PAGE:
When she was three, Laura Sugar’s doctor told her parents that their daughter would have a happy and normal life so long as she didn’t play any sport, and at the time it sounded a reasonable prediction.
A series of operations on a foot malfunction had left Sugar with no movement in her ankle. For just about everything in life we need ankle movement, but for athletes, the lack of dorsiflexion - the upwards movement of the foot making it closer to the shin - is reckoned a disaster. Without it, you limit your performance and increase the risk of injury.
Wisely, Sugar’s parents never mentioned the doctor’s bleak prognosis to their daughter until years later, but she admits she probably wouldn’t have listened. For as long as she can remember, sport was the most important thing in Sugar’s world and it would take more than a dodgy ankle to stop her battling her way to the top.
As success stories go, Sugar’s has turned out to be doubly sweet. Not content with becoming a Welsh international hockey star, she switched to para-athletics at 22 and recently won gold at the World Para Athletics European Championships and is currently world number two in the T44 100m and 200m paraathetics rankings.
“At school in Essex, I gave every sport a go. I loved athletics and was always up there with the fastest girls and I always dreamed of being a full-time athlete,” Sugar, now 27, remembers.
“Then I fell in love with hockey. It seemed ideal for someone with my ankle problem. It’s not all about speed, but involves technical ability, reading the game and team strategy, whereas athletics is purely how fast you are.
“With hockey it just clicked. I loved the camaraderie and it had the best of everything. My closest friends have all come from hockey, from school to playing at university. It’s the most sociable sport.
“On the hockey pitch, my disability wasn’t a problem - in fact it seemed to make the rest of my body stronger to compensate.” But there were heartbreaks ahead: on the week she was chosen to play for the school, Sugar broke her leg in a riding accident and it took nearly a year for her to become a team regular.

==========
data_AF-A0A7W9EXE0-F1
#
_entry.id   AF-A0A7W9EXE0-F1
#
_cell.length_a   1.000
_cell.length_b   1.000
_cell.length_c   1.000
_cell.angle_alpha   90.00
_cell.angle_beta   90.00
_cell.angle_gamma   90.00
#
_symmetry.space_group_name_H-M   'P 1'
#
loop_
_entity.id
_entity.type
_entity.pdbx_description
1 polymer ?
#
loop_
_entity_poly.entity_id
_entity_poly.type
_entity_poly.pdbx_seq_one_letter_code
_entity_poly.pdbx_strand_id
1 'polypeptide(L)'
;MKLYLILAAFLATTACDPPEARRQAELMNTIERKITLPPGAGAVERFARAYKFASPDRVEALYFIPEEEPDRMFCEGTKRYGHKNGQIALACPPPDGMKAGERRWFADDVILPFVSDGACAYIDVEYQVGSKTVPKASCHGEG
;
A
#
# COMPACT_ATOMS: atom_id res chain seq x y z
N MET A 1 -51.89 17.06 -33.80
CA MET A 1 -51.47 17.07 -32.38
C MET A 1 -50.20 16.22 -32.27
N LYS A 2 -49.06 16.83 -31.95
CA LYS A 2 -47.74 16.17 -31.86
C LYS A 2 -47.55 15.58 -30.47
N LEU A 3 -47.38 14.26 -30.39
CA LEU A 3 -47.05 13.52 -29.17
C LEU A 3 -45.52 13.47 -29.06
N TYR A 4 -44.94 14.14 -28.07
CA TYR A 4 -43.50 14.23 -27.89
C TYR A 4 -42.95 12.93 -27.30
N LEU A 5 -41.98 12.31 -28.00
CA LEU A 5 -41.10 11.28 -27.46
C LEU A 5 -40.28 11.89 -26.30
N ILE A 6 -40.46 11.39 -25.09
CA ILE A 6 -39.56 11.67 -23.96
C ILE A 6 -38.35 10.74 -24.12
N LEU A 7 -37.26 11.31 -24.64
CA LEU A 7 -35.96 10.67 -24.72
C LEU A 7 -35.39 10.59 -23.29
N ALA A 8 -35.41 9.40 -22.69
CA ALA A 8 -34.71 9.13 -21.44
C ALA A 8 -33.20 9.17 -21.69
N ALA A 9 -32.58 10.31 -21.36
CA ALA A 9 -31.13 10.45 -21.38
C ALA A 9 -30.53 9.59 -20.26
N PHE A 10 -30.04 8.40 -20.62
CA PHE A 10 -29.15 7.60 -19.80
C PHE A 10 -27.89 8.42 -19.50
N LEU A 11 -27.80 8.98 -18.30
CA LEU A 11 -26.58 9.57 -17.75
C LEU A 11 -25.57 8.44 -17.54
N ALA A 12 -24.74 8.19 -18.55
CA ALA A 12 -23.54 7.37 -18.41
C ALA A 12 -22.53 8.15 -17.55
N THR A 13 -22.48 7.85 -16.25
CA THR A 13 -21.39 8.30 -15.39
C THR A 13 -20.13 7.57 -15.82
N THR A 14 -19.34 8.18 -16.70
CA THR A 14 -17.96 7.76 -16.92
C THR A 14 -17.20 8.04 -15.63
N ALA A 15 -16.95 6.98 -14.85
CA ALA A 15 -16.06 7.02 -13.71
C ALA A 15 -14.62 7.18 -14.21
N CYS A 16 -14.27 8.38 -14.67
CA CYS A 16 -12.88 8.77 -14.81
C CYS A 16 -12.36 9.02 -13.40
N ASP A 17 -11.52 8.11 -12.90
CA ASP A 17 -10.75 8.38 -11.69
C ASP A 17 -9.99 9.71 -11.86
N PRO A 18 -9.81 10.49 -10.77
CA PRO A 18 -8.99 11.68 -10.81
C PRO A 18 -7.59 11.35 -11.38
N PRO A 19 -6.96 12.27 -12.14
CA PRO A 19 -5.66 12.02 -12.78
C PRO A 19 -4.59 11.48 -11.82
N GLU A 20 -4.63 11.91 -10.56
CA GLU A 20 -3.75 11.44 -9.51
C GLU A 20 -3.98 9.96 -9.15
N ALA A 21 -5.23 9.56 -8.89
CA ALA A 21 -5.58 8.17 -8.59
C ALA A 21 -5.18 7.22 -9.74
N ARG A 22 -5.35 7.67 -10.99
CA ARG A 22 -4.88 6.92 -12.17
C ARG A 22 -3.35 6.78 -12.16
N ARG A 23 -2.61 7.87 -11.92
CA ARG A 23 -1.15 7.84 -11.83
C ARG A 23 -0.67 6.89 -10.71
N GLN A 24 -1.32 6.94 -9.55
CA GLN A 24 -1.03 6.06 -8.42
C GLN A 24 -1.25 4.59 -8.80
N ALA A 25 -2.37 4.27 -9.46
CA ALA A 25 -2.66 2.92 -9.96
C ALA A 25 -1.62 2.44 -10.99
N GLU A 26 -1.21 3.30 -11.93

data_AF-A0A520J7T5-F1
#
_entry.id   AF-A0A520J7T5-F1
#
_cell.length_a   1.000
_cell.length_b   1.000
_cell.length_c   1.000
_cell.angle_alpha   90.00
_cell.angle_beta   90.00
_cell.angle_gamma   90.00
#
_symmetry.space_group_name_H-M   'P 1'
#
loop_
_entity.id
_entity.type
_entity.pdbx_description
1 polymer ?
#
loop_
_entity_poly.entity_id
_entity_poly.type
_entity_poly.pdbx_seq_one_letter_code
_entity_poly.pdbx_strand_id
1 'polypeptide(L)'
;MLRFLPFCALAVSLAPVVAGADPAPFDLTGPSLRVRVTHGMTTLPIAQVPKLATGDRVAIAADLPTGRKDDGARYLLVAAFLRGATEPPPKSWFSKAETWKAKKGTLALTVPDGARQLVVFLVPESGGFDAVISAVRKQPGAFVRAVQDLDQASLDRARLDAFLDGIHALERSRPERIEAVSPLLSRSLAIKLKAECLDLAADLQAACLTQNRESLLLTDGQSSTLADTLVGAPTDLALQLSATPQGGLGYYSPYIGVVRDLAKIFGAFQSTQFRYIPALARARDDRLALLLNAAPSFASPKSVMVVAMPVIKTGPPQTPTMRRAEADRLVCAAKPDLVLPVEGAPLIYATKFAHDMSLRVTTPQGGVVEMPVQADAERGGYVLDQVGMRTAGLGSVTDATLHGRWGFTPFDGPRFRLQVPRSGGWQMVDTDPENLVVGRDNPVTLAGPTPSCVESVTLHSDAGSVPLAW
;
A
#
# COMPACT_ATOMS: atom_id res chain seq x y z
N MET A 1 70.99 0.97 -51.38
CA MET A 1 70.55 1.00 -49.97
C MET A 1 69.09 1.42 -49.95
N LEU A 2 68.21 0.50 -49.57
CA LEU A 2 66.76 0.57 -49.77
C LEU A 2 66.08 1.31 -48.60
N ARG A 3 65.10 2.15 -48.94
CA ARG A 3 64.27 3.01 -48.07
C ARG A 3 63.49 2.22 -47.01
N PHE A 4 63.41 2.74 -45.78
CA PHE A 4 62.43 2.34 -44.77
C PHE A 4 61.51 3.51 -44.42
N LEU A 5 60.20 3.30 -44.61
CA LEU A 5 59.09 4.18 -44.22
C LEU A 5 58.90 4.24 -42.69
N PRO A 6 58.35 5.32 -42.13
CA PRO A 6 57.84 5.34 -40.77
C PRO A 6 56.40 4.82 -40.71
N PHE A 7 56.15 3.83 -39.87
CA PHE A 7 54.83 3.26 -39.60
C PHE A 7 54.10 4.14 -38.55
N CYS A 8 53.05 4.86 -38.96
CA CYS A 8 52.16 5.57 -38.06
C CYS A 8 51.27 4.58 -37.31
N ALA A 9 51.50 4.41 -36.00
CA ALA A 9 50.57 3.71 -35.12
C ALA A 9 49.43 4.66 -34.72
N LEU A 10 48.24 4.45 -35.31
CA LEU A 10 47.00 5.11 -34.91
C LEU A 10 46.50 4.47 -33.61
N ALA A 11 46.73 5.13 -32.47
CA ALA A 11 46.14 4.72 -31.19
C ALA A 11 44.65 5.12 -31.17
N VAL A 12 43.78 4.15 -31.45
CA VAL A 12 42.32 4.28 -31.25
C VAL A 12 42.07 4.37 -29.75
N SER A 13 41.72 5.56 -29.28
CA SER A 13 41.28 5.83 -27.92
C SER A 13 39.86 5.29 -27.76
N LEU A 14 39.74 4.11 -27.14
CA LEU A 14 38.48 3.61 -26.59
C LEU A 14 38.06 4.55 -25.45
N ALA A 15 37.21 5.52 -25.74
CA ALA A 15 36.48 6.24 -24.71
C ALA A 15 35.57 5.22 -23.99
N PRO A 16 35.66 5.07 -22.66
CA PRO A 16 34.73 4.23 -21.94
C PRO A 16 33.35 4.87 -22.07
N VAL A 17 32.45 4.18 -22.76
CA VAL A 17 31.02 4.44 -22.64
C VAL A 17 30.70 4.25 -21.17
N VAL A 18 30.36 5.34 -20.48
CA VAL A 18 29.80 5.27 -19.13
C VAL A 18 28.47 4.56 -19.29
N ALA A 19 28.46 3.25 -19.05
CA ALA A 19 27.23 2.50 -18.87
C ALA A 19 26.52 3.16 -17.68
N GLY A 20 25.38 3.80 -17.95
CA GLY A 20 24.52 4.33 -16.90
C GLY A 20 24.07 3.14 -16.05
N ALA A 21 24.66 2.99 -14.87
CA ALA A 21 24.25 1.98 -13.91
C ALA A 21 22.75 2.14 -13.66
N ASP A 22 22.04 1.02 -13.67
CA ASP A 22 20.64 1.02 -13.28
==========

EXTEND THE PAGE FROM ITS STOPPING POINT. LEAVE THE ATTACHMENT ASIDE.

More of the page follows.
From then on, she quickly progressed to county level, had successful trials for Wales and captained the country’s under-21 side before winning 16 caps as an international defender in test series and Word League tournaments.
“Picking up a hockey stick again and playing for fun is something I plan to do when my athletics career is over,” Sugar says. “They were wonderful days.”
Suddenly they were all over. Sugar had assumed that she would stay in elite hockey for the rest of her sporting career, but then something happened which changed everything. As Sugar tells it: “I am a qualified teacher and was working at a kids’ camp. We were watching the London 2012 Olympics on TV when we saw Dan Greaves throwing the discus in the Paralympics.
“I was like: ‘I’ve got that foot!’ I’d always loved athletics at school but never knew that my foot condition made me eligible for Paralympic sport. I was realistic enough to know that I couldn’t compete with nondisabled athletes but there seemed no reason why I shouldn’t try the Paralympics route.”
The next step was to try sprinting at a Loughborough University talent day. “I was very nervous and absolutely out of my comfort zone, but I gave it a go and really enjoyed it. After that I was really chucked in at the deep end when British Athletics Paralympic head coach Paula Dunn selected me for the 2013 world championships team, but it was too good an opportunity to miss.”